The Association of Gestational Diabetes with HIV Infection and Tuberculosis in Indian Women

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  • 1 Department of Medicine, Center for Global Health, Weill Cornell Medicine, New York, New York;
  • | 2 Byramjee Jeejeebhoy Government Medical College-Johns Hopkins University Clinical Trial Unit, Pune, Maharashtra, India;
  • | 3 Department of OB-GYN, Byramjee Jeejeebhoy Government Medical College, Pune, Maharashtra, India;
  • | 4 Division of Infectious Diseases, Departments of Medicine and International Health, Johns Hopkins School of Medicine, Baltimore, Maryland;
  • | 5 Department of Biostatistics, Center for Global Health, Weill Cornell Medicine, New York, New York;
  • | 6 National Institute for Research in Tuberculosis, Chennai, India;
  • | 7 National Institute of Allergy and Infectious Diseases, National Institutes of Health, Bethesda, Maryland;
  • | 8 Department of OB-GYN, Weill Cornell Medicine, New York, New York
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Infection of HIV is associated with an increased diabetes risk, which also increases tuberculosis risk. It is unknown if similar associations exist with gestational diabetes (GDM). We screened pregnant women living with and without HIV for GDM using oral glucose tolerance testing. In a subgroup of women with latent tuberculosis (positive interferon-gamma [IFN-γ] release assay), we used supernatants from tuberculosis antigen tubes to compare cytokine levels from women with and without GDM, matched by age and HIV status. Of 234 women, 21 (9%) had GDM, 13.9% living with HIV, and 6.5% without HIV (P = 0.06). Compared with women without GDM, women with GDM had lower median IFN-γ (19.1 versus 141.9 pg/mL, P = 0.03) and interleukin-2 (18.7 versus 249 pg/mL, P < 0.01). Our study suggests that HIV infection is associated with an increased risk of GDM, which is associated with decreased Mycobacterium tuberculosis immune responses. Gestational diabetes screening should be prioritized in tuberculosis-endemic countries, especially in women living with HIV.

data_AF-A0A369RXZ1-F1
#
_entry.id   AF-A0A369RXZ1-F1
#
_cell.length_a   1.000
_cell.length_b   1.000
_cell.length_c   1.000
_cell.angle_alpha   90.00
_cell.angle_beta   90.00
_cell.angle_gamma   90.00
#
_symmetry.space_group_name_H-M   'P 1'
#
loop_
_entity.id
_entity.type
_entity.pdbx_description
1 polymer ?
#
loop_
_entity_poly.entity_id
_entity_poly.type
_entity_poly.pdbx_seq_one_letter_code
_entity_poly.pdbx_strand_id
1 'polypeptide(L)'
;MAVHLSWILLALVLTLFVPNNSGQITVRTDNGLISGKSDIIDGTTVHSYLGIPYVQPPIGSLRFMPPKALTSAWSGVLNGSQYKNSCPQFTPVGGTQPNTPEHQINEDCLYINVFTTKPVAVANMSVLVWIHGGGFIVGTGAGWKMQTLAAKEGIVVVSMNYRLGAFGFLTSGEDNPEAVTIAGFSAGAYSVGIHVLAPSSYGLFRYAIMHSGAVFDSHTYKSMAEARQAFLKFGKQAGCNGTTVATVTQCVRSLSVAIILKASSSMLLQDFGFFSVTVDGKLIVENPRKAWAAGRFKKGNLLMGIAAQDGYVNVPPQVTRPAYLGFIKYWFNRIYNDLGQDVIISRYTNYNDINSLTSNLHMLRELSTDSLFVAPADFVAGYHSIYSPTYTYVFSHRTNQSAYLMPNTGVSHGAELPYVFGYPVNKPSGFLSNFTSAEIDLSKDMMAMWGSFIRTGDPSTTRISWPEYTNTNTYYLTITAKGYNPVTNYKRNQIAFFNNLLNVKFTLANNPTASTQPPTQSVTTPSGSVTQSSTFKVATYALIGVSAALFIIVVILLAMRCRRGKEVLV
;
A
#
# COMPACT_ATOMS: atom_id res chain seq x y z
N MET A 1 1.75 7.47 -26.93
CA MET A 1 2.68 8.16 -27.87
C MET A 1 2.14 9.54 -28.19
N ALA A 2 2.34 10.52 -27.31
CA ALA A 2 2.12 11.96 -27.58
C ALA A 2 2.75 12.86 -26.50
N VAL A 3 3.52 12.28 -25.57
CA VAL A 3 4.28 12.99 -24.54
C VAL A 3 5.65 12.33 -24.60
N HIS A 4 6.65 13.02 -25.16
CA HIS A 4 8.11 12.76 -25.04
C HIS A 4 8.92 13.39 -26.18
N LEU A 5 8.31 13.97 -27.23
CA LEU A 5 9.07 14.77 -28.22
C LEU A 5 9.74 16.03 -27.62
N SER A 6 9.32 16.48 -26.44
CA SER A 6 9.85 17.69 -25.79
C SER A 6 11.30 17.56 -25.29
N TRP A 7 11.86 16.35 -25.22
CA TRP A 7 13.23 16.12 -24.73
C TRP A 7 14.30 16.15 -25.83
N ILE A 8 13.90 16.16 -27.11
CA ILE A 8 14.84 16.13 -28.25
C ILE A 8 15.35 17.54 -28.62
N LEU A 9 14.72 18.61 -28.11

Author Notes

Address correspondence to Puja Chebrolu, Department of Medicine, Center for Global Health, Weill Cornell Medicine, New York City, NY 10065-6304. E-mail: puc9005@med.cornell.edu

Financial support: Research reported in this publication was supported by the Eunice Kennedy Shriver National Institute of Child Health and Human Development of the National Institutes of Health under award number R01HD081929 (A. G., J. S. M., M. A., N. G., and R. B.), by NIAID (National Institute of Allergy and Infectious Diseases) of the National Institutes of Health under award number UM1AI069465 (A. G. and N. G.) and K23AI129854 (J. S. M.), by the Fogarty International Center of the National Institutes of Health under award number D43TW009574 (S. N.) and D43TW009337 (P. C.), by the Weill Cornell Department of Medicine, Ujala Foundation, Kellen Foundation, Willowcroft Foundation, and Wyncote Foundation. We also acknowledge the support of Persistent in development of electronic data capture system. The content is solely the responsibility of the authors and does not necessarily represent the official views of the National Institutes of Health or of the named company or Foundations.

Authors’ addresses: Puja Chebrolu and Daniel Fitzgerald, Department of Medicine, Center for Global Health, Weill Cornell Medicine, New York, NY, E-mails: puc9005@med.cornell.edu and dwf2001@med.cornell.edu. Mallika Alexander, Byramjee Jeejeebhoy Government Medical College-Johns Hopkins University Clinical Trial Unit, Pune, Maharashtra, India, E-mail: mallika.alexander@yahoo.com. Ramesh Bhosale, Byramjee Jeejeebhoy Government Medical College-Johns Hopkins University Clinical Trial Unit, Pune, Maharashtra, India, and Department of OB-GYN, Byramjee Jeejeebhoy Government Medical College, Pune, Maharashtra, India, E-mail: drrameshbhosale@gmail.com. Shilpa Naik, Department of OB-GYN, Byramjee Jeejeebhoy Government Medical College, Pune, Maharashtra, India, E-mail: shilunnaik@yahoo.co.in. Nikhil Gupte and Amita Gupta, Byramjee Jeejeebhoy Government Medical College-Johns Hopkins University Clinical Trial Unit, Pune, Maharashtra, India, and Division of Infectious Diseases, Departments of Medicine and International Health, Johns Hopkins School of Medicine, Baltimore, MD, E-mails: nikhil_jhumit@yahoo.com and agupta25@jhmi.edu. Myung Hee Lee, Department of Biostatistics, Center for Global Health, Weill Cornell Medicine, New York, NY, E-mail: myl2003@med.cornell.edu. Pavan Kumar, National Institute for Research in Tuberculosis, Chennai, India, E-mail: pavankumarn@nirt.res.in. Subash Babu, National Institute for Research in Tuberculosis, Chennai, India, and National Institute of Allergy and Infectious Diseases, National Institutes of Health, Bethesda, MD, E-mail: sbabu@mail.nih.gov. Jyoti Mathad, Department of Medicine, Center for Global Health, Weill Cornell Medicine, New York, NY, and Department of OB-GYN, Weill Cornell Medicine, New York, NY, E-mail: jsm9009@med.cornell.edu.

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